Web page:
Google unlocks Android G1, releases SDK 1.0_r2

Google announced the availability of the Android Dev Phone 1, a SIM-unlocked and hardware-unlocked version of T-Mobile USA's G1, the first commercial device based on the web services giant's Android mobile OS. Google also issued release 2 of the Android 1.0 software development kit, which promises to fix a series of relatively minor bugs present in 1.0_r1. Designed for advanced developers, the Android Dev Phone 1 ships with a system image that's fully compatible with Android 1.0--according to Google, developers may use any SIM in the device as well as flash custom Android builds that will work with the unlocked bootloader, effectively giving coders carte blanche to create Android apps limited solely by their imaginations and technical skills. Google adds the Android Dev Phone 1 should also appeal to developers based outside of T-Mobile geographies.

The Android Dev Phone 1 arrives with a price tag of $399 and is available in 18 international markets, including the U.S., U.K., Germany, Japan, India, Canada, France, Taiwan, Spain, Australia, Singapore, Switzerland, the Netherlands, Austria, Sweden, Finland, Poland and Hungary. To purchase the device, developers must first register on the Android Market site--a "Purchase" link will appear upon logging into the developer account. To accommodate demand, Google will initially limit sales to one Android Dev Phone 1 per developer account. "Note that Android Dev Phone 1 devices are not intended for non-developer end users," Google warns on its Android website. "Since the devices can be configured with system software not provided by or supported by Google or any other company, end users operate these devices at their own risk."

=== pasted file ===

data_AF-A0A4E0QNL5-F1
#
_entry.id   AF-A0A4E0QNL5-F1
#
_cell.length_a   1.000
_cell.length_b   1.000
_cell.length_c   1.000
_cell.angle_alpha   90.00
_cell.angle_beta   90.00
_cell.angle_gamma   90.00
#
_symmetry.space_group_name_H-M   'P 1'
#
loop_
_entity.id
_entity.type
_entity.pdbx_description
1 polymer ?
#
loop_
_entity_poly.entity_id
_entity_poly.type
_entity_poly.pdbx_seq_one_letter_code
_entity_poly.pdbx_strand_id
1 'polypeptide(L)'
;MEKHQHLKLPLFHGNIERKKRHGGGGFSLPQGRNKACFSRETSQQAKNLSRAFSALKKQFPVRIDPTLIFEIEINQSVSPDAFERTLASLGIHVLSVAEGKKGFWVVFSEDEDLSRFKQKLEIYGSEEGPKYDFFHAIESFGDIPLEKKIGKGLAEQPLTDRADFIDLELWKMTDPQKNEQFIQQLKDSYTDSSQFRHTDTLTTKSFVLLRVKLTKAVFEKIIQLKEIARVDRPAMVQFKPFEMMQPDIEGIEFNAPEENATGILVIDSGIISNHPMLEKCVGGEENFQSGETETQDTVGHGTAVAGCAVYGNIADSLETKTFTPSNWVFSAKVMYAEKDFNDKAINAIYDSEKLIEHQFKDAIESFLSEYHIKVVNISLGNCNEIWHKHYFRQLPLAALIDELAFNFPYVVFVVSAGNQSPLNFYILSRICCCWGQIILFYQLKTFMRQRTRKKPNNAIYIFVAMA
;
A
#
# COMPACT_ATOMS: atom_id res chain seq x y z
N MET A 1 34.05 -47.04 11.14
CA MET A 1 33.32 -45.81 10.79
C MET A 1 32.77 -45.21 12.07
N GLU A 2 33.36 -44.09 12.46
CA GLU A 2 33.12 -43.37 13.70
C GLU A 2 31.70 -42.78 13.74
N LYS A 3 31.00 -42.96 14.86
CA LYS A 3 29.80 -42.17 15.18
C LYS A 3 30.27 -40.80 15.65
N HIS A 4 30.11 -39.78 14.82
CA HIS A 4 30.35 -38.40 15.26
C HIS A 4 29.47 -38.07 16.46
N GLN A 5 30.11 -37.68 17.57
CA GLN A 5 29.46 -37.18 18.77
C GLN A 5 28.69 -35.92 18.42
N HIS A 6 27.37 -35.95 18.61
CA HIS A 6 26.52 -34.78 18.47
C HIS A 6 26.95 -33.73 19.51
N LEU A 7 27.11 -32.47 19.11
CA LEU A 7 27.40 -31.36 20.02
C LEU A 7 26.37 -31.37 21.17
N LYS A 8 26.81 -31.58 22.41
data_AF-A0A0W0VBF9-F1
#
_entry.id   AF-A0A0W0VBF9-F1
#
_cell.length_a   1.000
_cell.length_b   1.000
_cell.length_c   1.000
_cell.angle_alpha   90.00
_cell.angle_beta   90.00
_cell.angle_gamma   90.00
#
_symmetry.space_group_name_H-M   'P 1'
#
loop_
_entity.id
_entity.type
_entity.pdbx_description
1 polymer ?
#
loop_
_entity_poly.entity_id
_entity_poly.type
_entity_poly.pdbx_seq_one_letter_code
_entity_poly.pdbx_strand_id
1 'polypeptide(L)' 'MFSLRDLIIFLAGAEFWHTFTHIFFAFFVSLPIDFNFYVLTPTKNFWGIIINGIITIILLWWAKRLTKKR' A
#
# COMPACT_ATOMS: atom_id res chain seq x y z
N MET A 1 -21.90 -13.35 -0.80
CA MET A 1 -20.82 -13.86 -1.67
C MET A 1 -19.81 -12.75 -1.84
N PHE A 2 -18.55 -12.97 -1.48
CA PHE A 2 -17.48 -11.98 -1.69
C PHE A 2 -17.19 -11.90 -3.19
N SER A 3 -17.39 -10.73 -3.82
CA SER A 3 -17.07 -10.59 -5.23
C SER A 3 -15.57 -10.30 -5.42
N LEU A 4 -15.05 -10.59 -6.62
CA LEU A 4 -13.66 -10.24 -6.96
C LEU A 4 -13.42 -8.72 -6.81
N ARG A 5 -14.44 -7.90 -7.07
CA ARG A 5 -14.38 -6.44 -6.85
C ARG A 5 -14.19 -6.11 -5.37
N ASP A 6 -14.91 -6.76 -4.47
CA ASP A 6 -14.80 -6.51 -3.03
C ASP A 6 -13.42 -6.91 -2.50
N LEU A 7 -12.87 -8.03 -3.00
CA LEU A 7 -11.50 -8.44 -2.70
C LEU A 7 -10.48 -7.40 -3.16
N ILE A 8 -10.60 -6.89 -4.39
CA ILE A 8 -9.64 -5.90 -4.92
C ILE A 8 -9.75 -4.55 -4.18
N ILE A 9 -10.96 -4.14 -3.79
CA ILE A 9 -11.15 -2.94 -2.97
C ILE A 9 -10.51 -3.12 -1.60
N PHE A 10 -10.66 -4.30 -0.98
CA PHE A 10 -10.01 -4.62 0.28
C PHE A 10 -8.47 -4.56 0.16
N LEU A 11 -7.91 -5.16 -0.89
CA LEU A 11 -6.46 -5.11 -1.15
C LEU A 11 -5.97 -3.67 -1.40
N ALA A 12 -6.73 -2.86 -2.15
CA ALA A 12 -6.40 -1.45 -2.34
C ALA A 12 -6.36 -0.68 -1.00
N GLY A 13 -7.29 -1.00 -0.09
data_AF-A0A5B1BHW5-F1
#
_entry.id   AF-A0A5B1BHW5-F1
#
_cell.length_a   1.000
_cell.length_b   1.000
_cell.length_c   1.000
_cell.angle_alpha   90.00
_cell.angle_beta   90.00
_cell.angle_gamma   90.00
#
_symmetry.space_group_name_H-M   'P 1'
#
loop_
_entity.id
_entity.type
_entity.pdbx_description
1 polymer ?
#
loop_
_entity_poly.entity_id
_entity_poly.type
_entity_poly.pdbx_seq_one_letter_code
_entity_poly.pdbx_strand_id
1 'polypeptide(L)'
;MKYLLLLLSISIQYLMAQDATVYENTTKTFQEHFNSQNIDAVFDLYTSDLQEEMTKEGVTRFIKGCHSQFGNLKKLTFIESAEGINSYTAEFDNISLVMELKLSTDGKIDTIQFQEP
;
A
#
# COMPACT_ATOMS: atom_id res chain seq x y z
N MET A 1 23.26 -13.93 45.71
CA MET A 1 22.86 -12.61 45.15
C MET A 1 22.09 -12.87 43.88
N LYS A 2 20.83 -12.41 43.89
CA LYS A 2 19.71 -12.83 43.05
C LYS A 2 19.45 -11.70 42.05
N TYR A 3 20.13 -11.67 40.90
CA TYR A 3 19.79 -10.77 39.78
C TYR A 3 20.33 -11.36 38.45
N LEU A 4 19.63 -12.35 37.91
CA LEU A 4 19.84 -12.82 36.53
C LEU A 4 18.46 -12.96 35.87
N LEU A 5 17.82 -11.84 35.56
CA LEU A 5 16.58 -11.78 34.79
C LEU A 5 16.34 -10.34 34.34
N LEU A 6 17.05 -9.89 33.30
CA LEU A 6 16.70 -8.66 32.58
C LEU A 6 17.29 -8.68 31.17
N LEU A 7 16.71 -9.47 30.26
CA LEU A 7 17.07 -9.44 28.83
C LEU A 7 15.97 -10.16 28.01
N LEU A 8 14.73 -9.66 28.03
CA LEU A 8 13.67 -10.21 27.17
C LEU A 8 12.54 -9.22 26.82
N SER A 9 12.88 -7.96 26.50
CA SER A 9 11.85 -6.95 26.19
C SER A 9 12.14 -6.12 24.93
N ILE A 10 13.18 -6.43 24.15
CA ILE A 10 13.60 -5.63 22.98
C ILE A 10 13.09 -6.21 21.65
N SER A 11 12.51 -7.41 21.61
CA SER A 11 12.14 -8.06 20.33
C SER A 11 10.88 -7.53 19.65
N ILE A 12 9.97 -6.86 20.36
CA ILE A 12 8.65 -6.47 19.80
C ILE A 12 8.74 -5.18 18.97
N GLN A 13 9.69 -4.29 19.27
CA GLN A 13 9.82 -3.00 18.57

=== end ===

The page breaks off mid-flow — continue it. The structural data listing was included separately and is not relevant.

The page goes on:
The Android 1.0 SDK_r2 build--available for download here--repairs a handful of bugs discovered in the previous version. "In 1.0_r1, it was possible for developers to write technically-illegal code by using the Java Reflection APIs to access private or protected fields and methods. 1.0_r2 fixes that problem by enforcing private/protected visibility of items accessed via Reflection," writes Android developer advocate Dan Morrill on the Android Developers Blog. "Meanwhile, the class android.R.styleable was included in 1.0_r1 primarily for documentation purposes as a way for developers to look up the style attributes available to them to use. However, actually referring to that class via source code would result in applications that might break when run on future versions of the Android platform, so 1.0_r2 corrects the oversight and removes access to the class from the android.jar file. (The class remains in the documentation for reference purposes, though.)"
Morrill adds that both problems are obscure "future-proofing" issues, and writes it's unlikely that either caused significant problems for Android developers. Other small changes present in SDK 1.0_r2 are listed in the Release Notes here.

For more on the unlocked G1:
- read this Android webpage

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